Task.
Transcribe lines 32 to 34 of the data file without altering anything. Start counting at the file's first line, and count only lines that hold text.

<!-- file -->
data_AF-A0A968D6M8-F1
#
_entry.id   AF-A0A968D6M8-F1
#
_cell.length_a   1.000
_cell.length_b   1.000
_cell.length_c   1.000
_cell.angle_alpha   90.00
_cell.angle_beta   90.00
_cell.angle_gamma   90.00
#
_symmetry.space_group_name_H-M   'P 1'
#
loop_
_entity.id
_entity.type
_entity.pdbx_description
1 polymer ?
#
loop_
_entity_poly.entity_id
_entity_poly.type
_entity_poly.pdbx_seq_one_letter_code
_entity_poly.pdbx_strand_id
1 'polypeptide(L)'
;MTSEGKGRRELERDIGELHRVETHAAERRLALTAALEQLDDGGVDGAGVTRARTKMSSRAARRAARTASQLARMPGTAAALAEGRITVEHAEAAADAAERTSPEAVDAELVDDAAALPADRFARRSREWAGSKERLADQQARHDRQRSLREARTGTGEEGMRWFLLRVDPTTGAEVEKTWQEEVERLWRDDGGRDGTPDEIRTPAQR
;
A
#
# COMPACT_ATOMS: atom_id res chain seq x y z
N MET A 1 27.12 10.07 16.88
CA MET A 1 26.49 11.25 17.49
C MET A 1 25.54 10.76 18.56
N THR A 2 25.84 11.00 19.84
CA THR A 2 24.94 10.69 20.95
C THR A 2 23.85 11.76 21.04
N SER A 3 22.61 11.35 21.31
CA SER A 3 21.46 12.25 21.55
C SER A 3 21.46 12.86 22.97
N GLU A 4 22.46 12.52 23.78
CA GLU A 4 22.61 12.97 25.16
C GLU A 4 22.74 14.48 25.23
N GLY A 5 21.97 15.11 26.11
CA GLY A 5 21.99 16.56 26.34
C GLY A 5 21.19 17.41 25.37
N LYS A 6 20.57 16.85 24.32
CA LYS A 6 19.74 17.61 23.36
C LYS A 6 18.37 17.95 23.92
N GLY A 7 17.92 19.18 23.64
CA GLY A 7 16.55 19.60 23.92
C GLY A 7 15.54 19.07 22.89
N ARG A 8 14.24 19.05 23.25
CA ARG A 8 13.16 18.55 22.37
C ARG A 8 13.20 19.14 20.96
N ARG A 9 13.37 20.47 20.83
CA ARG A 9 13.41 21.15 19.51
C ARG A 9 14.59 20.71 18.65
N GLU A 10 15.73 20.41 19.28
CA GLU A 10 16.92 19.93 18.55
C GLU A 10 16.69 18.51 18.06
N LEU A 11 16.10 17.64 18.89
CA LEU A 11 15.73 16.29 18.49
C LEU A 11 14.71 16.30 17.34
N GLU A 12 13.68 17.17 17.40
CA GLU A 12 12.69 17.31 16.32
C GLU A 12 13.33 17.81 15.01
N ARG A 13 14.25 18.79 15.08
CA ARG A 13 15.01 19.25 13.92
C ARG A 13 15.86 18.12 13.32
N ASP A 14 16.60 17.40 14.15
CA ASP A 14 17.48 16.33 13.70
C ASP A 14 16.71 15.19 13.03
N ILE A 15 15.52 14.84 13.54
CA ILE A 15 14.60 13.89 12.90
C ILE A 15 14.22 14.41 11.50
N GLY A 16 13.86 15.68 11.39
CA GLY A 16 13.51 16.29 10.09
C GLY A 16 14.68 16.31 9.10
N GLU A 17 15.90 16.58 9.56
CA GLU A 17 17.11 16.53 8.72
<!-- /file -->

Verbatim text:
CA MET A 1 26.49 11.25 17.49
C MET A 1 25.54 10.76 18.56
N THR A 2 25.84 11.00 19.84